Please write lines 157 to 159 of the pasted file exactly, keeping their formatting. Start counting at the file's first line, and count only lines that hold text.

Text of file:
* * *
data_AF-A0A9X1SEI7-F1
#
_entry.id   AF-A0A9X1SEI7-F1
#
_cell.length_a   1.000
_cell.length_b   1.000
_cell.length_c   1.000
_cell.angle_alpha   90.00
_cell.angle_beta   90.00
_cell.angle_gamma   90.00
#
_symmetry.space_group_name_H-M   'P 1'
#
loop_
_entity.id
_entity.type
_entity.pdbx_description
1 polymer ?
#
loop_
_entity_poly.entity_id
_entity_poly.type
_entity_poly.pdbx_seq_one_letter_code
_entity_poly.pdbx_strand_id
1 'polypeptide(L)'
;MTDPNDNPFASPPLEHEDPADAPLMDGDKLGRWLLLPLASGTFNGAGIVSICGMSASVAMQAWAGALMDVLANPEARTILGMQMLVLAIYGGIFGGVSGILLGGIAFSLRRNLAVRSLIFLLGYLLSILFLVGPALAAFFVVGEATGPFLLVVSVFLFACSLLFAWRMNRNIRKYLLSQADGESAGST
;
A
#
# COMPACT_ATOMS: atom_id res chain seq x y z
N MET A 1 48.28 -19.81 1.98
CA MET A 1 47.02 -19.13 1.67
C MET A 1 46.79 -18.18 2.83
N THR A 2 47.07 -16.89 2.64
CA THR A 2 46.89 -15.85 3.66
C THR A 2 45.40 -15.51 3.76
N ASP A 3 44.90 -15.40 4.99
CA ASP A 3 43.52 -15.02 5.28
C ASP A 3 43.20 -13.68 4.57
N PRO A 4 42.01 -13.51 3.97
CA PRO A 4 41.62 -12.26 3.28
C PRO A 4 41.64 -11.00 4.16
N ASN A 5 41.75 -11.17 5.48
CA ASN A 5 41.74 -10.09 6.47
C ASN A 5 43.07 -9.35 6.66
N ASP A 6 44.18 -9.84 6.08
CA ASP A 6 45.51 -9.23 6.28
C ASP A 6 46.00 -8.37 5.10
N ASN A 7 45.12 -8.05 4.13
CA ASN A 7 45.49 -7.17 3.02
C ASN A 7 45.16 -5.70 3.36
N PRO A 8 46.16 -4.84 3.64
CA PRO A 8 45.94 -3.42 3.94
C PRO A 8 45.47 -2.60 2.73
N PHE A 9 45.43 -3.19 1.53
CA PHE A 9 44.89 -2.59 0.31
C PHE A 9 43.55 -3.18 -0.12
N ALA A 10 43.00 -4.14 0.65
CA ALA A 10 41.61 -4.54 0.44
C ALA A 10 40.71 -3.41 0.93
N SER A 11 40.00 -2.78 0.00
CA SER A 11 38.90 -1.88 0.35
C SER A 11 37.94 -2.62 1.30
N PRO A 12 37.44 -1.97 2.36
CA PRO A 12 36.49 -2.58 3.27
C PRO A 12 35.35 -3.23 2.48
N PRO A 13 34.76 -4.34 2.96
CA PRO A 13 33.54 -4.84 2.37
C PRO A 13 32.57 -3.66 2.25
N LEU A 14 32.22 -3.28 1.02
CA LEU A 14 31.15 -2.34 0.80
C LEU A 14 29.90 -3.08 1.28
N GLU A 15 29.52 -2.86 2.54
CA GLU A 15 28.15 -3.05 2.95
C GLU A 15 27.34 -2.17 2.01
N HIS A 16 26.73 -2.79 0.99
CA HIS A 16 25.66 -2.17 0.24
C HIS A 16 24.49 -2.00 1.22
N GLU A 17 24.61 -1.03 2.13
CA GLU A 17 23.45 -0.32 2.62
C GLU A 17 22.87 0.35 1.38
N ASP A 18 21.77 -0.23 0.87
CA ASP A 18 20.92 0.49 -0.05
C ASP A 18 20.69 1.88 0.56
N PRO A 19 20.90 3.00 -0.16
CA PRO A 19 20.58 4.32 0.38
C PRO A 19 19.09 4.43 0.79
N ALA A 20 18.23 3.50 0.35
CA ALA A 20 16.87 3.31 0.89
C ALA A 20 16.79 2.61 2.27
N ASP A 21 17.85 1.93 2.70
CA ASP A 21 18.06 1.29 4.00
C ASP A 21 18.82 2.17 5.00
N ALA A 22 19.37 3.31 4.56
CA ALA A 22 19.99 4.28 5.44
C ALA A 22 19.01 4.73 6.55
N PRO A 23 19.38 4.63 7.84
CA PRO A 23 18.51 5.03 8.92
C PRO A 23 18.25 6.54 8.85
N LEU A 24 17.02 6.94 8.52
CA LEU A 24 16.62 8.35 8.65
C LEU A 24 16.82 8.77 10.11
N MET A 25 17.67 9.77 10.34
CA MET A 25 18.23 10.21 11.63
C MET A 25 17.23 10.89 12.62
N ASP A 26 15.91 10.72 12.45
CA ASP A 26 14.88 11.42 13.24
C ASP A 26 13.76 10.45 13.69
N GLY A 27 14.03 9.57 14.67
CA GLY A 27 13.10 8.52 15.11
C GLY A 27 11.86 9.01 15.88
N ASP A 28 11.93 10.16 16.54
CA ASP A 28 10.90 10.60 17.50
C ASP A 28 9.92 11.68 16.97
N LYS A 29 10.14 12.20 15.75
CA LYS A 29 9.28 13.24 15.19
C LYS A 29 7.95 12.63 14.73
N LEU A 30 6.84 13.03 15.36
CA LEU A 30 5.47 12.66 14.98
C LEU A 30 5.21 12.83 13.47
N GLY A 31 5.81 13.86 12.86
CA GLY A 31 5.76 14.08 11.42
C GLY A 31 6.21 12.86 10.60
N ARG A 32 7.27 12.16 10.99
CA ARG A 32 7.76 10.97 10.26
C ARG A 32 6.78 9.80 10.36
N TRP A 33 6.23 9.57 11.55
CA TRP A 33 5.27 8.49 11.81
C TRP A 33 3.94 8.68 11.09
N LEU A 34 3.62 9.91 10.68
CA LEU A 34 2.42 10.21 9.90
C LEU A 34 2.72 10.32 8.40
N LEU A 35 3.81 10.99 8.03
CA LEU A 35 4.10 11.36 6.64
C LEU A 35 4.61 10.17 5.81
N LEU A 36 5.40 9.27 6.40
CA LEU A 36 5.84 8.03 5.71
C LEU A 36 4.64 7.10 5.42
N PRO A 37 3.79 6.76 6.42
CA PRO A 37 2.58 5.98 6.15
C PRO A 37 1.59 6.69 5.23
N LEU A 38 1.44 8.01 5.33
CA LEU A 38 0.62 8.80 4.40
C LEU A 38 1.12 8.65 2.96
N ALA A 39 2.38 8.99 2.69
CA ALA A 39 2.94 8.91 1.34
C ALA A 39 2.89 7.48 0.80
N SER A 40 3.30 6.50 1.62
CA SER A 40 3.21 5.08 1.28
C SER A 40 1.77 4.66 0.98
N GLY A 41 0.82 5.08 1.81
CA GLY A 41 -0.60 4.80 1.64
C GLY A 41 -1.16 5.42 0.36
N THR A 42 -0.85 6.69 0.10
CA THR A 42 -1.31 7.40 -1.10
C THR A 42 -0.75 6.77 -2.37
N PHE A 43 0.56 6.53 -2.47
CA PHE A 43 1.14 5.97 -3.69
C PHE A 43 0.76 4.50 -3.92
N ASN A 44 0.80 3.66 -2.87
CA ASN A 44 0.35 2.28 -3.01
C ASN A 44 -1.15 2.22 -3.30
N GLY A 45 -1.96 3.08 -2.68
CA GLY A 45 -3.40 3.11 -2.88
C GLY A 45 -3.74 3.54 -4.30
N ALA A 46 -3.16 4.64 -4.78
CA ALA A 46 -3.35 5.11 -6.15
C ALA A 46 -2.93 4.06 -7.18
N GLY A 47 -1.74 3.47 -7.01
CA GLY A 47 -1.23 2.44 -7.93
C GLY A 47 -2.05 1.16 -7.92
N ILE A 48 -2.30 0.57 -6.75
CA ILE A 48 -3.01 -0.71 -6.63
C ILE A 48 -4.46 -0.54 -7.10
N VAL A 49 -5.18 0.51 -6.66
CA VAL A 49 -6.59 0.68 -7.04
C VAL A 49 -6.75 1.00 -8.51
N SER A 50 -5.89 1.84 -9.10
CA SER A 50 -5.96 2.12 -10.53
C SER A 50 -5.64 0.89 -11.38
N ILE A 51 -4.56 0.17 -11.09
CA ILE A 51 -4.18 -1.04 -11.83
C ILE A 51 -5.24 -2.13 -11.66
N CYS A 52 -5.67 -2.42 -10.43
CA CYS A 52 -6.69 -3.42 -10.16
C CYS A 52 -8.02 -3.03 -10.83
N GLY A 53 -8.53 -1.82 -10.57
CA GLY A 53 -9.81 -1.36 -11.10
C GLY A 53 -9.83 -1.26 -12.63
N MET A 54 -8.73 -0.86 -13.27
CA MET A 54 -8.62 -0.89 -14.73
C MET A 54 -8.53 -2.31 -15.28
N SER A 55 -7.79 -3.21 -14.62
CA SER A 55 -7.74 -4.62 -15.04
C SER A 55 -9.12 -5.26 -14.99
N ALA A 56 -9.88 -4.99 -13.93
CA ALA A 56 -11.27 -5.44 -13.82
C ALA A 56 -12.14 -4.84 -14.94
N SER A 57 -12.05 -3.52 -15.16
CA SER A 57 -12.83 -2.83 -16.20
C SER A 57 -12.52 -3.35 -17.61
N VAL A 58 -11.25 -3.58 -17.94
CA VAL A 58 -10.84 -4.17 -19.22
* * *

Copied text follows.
N PHE A 43 0.56 6.53 -2.47
CA PHE A 43 1.14 5.97 -3.69
C PHE A 43 0.76 4.50 -3.92